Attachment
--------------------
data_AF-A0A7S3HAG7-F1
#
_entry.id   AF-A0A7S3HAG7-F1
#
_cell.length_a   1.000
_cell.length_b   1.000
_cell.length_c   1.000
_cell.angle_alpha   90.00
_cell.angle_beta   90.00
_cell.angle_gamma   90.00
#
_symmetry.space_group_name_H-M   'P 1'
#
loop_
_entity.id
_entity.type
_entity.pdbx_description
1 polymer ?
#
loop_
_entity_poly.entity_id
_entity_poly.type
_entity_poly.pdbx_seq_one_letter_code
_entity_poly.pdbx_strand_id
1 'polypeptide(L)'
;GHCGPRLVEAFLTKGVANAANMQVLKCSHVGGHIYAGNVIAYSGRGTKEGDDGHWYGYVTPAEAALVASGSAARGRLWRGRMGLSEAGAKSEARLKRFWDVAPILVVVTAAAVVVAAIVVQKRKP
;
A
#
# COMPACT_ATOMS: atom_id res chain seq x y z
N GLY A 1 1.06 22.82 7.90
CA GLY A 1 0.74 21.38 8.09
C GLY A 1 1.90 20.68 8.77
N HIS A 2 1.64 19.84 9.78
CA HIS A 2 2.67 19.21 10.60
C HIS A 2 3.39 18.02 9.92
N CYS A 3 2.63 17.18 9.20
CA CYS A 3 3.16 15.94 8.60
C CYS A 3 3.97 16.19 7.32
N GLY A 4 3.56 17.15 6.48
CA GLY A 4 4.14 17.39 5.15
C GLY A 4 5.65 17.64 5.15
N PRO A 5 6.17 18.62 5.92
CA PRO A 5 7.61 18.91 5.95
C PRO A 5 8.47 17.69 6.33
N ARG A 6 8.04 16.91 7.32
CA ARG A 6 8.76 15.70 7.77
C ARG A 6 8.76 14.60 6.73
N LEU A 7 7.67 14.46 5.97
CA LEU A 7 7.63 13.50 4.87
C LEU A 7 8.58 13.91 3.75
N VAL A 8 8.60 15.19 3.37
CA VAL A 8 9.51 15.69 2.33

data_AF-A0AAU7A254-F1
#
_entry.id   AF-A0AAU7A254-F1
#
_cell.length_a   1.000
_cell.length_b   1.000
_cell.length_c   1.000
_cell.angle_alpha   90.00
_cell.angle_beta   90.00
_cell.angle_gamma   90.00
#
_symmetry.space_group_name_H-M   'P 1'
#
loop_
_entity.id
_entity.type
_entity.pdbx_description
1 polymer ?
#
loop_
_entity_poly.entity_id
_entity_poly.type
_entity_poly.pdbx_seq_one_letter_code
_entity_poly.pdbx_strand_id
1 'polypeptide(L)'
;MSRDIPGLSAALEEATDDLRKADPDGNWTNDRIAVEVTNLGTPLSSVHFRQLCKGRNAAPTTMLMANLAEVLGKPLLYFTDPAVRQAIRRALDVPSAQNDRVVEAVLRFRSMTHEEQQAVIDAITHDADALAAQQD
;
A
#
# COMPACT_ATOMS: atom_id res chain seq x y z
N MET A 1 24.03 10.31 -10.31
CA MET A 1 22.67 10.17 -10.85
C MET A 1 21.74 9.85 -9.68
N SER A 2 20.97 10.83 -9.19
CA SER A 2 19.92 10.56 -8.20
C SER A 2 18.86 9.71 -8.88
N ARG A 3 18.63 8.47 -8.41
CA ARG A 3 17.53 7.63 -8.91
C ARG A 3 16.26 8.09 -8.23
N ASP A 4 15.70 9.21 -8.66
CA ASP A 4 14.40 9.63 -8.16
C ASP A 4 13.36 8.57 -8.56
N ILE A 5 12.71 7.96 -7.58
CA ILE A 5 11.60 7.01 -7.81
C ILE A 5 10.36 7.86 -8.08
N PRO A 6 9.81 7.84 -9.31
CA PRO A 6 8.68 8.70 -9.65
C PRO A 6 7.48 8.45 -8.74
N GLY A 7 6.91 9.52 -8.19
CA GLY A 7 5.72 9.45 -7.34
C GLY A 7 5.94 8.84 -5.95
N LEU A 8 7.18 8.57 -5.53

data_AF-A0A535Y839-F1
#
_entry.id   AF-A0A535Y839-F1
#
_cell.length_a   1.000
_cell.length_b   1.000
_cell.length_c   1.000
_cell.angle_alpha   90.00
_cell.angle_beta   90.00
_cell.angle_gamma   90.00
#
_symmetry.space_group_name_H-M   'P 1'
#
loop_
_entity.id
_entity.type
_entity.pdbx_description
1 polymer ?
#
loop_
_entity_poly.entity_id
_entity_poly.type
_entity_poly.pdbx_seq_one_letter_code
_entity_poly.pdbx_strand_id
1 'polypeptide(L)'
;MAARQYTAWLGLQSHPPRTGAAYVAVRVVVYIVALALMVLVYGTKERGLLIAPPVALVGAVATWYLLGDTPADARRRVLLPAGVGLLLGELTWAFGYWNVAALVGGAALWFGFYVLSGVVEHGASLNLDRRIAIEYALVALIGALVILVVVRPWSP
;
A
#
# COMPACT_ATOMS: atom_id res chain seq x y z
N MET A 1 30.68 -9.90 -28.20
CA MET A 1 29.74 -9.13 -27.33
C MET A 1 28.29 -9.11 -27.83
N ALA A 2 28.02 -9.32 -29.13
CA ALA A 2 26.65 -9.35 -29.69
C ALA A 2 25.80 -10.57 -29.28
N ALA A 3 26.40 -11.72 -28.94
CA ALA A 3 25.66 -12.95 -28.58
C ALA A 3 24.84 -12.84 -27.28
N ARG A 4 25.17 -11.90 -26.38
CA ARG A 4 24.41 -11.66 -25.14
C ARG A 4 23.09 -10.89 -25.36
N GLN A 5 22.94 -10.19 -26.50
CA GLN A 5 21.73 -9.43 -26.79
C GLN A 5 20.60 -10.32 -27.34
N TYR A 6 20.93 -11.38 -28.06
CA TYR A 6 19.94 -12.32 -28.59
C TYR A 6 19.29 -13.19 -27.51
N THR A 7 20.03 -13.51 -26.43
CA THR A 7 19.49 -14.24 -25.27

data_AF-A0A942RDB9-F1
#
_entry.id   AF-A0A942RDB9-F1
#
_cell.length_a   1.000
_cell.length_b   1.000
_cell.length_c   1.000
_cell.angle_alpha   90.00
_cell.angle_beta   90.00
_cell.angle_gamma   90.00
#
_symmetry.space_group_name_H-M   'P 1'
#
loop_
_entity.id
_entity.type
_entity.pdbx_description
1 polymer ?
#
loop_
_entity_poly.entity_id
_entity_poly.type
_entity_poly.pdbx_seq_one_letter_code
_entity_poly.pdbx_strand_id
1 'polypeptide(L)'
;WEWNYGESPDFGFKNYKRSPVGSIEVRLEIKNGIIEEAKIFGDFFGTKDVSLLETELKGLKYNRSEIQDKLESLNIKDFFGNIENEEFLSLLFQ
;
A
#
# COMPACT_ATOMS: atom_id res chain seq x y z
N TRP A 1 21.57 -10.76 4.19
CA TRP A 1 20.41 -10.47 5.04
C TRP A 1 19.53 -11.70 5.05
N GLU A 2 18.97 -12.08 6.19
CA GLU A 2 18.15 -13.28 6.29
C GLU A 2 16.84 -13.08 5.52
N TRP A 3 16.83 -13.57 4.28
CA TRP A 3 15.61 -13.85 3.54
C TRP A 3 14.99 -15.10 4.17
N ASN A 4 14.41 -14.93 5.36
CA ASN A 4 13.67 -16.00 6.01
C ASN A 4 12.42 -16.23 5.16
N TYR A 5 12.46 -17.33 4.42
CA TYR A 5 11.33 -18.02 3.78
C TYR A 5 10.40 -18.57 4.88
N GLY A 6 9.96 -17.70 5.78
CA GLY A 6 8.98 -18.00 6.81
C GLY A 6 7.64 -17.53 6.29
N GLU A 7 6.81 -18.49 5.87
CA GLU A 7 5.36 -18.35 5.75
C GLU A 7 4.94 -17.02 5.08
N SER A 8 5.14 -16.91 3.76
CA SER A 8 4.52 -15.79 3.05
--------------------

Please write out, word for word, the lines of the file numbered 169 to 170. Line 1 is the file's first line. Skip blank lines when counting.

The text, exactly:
loop_
_entity.id